Acoustic pressure mapping showed the insignificant presence of side/grating lobes and pre- or post-focal peaks (≤–12 dB). Although distorted acoustic pressure waveform was found in the free field, the nonlinearity was reduced significantly after the beam propagating through tissue samples (i.e., the second harmonic of –11.8 dB at 500 W). Temperature elevation was <10°C at a distance of 10 mm away from a 20-mm target, which suggests the well-controlled HIFU energy deposition and no damage to the surrounding tissue. An acoustic energy in the range of 750–1250 J resulted in discrete lesions with an interval space of 5 mm between the treatment spots. Histology confirmed that the lesions represented a region of permanently damaged cells by heat fixation, without causing cell lysis by either cavitation or boiling.

Our characterization and ex vivo evaluation protocol met the IDE requirement. The in-situ acoustic energy model will be used in clinical trials to deliver almost consistent energy to the various targets.

First in-human burst wave lithotripsy for kidney stone comminution: Initial two case studies

Harper, J.D., I. Metzler, M.K. Hall, T.T. Chen, A.D. Maxwell, B.W. Cunitz, B. Dunmire, J. Thiel, J.C. Williams, M.R. Bailey, and M.D. Sorensen, "First in-human burst wave lithotripsy for kidney stone comminution: Initial two case studies," J. Endourol., 35, 506-511, doi:10.1089/end.2020.0725, 2021.

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1 Apr 2021

Purpose: To test the effectiveness (Participant A) and tolerability (Participant B) of urinary stone comminution in the first in-human trial of a new technology, burst wave lithotripsy (BWL).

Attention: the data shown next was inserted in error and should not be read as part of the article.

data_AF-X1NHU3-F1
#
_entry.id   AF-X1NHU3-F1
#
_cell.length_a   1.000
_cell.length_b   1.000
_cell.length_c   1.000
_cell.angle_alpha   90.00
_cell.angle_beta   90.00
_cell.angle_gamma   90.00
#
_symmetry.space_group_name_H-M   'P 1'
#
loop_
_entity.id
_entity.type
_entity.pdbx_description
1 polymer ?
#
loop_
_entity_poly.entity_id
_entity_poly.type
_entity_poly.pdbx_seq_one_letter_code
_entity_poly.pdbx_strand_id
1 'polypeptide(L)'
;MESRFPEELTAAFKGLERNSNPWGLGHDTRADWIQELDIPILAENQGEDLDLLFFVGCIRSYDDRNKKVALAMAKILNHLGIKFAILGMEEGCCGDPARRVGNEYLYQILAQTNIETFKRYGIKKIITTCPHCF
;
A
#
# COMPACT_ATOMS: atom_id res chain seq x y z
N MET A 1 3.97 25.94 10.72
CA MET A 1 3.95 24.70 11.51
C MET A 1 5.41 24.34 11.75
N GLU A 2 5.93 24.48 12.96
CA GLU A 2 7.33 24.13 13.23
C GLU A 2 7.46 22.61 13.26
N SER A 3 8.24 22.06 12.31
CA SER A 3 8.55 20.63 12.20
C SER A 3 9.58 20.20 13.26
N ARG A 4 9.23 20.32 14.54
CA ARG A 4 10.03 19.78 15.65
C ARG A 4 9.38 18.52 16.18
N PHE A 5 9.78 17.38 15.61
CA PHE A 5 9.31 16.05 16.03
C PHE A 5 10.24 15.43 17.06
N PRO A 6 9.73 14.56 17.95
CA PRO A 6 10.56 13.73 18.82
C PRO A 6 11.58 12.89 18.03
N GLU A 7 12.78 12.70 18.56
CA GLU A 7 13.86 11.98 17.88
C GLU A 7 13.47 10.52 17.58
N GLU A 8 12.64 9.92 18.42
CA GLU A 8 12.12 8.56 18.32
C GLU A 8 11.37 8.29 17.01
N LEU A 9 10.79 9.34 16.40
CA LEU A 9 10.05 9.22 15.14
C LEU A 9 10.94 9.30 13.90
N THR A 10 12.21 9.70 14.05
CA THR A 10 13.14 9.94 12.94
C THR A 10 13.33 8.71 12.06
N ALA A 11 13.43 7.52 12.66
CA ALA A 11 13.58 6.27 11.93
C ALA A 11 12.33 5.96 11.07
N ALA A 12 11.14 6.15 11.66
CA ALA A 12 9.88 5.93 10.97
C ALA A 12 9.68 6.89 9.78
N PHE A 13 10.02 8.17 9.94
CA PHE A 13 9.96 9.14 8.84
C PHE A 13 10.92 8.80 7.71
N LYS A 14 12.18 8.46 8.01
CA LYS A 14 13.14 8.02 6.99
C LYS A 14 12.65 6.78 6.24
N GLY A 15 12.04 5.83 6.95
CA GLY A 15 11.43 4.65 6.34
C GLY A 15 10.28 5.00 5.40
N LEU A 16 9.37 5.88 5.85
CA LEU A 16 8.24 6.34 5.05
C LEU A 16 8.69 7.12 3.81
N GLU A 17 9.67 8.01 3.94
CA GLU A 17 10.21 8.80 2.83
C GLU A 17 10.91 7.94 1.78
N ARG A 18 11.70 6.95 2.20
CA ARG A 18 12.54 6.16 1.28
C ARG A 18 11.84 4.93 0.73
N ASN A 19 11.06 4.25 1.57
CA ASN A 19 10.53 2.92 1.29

Materials and Methods: An investigational BWL and ultrasonic propulsion system was used to target a 7-mm kidney stone in the operating room before ureteroscopy (Participant A). The same system was used to target a 7.5 mm ureterovesical junction stone in clinic without anesthesia (Participant B).

Results: For Participant A, a ureteroscope inserted after 9 minutes of BWL observed fragmentation of the stone to < 2 mm fragments. Participant B tolerated the procedure without pain from BWL, required no anesthesia, and passed the stone on day 15.

Conclusions: The first in-human tests of BWL pulses were successful in that a renal stone was comminuted in < 10 minutes, and BWL was also tolerated by an awake subject for a distal ureteral stone.

In vitro evaluation of urinary stone comminution with a clinical burst wave lithotripsy system

Ramesh, S., T.T. Chen, A.D. Maxwell, B.W. Cunitz, B. Dunmire, J. Thiel, J.C. Williams, A. Gardner, Z. Liu, I. Metzler, J.D. Harper, M.D. Sorensen, and M.R. Bailey, "In vitro evaluation of urinary stone comminution with a clinical burst wave lithotripsy system," J. Endourol., 34, 1167-1173, doi:10.1089/end.2019.0873, 2020.

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1 Nov 2020

Objective: Our goals were to validate stone comminution with an investigational burst wave lithotripsy (BWL) system in patient-relevant conditions and to evaluate the use of ultrasonic propulsion to move a stone or fragments to aid in observing the treatment endpoint.